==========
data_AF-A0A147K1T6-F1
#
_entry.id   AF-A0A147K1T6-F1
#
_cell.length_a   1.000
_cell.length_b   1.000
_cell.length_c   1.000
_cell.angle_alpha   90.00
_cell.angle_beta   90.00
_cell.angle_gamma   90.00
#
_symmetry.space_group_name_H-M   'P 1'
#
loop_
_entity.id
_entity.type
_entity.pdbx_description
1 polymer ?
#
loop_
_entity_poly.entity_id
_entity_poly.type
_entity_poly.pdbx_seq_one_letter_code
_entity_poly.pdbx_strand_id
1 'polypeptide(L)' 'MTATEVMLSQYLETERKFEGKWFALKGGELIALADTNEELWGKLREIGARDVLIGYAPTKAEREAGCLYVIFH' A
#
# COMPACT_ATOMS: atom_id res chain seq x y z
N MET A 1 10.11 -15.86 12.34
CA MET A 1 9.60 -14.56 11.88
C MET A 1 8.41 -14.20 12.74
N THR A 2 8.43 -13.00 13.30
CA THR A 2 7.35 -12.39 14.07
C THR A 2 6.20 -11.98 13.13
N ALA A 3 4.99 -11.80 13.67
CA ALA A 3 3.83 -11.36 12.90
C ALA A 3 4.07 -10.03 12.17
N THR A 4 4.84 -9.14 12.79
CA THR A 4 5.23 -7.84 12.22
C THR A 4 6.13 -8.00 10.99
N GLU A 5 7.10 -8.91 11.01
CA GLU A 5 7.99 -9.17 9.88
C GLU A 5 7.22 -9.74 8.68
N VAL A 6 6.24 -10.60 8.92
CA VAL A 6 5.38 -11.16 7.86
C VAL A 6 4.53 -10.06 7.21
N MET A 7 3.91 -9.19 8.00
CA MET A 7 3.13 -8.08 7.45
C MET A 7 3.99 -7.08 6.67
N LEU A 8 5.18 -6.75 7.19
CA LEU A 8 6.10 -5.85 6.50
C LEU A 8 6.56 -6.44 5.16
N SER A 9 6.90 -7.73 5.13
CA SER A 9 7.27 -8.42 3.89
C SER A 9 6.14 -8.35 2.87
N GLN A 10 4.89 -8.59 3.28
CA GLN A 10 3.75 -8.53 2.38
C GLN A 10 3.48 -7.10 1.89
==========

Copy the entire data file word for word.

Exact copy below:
data_AF-A0A147K1T6-F1
#
_entry.id   AF-A0A147K1T6-F1
#
_cell.length_a   1.000
_cell.length_b   1.000
_cell.length_c   1.000
_cell.angle_alpha   90.00
_cell.angle_beta   90.00
_cell.angle_gamma   90.00
#
_symmetry.space_group_name_H-M   'P 1'
#
loop_
_entity.id
_entity.type
_entity.pdbx_description
1 polymer ?
#
loop_
_entity_poly.entity_id
_entity_poly.type
_entity_poly.pdbx_seq_one_letter_code
_entity_poly.pdbx_strand_id
1 'polypeptide(L)' 'MTATEVMLSQYLETERKFEGKWFALKGGELIALADTNEELWGKLREIGARDVLIGYAPTKAEREAGCLYVIFH' A
#
# COMPACT_ATOMS: atom_id res chain seq x y z
N MET A 1 10.11 -15.86 12.34
CA MET A 1 9.60 -14.56 11.88
C MET A 1 8.41 -14.20 12.74
N THR A 2 8.43 -13.00 13.30
CA THR A 2 7.35 -12.39 14.07
C THR A 2 6.20 -11.98 13.13
N ALA A 3 4.99 -11.80 13.67
CA ALA A 3 3.83 -11.36 12.90
C ALA A 3 4.07 -10.03 12.17
N THR A 4 4.84 -9.14 12.79
CA THR A 4 5.23 -7.84 12.22
C THR A 4 6.13 -8.00 10.99
N GLU A 5 7.10 -8.91 11.01
CA GLU A 5 7.99 -9.17 9.88
C GLU A 5 7.22 -9.74 8.68
N VAL A 6 6.24 -10.60 8.92
CA VAL A 6 5.38 -11.16 7.86
C VAL A 6 4.53 -10.06 7.21
N MET A 7 3.91 -9.19 8.00
CA MET A 7 3.13 -8.08 7.45
C MET A 7 3.99 -7.08 6.67
N LEU A 8 5.18 -6.75 7.19
CA LEU A 8 6.10 -5.85 6.50
C LEU A 8 6.56 -6.44 5.16
N SER A 9 6.90 -7.73 5.13
CA SER A 9 7.27 -8.42 3.89
C SER A 9 6.14 -8.35 2.87
N GLN A 10 4.89 -8.59 3.28
CA GLN A 10 3.75 -8.53 2.38
C GLN A 10 3.48 -7.10 1.89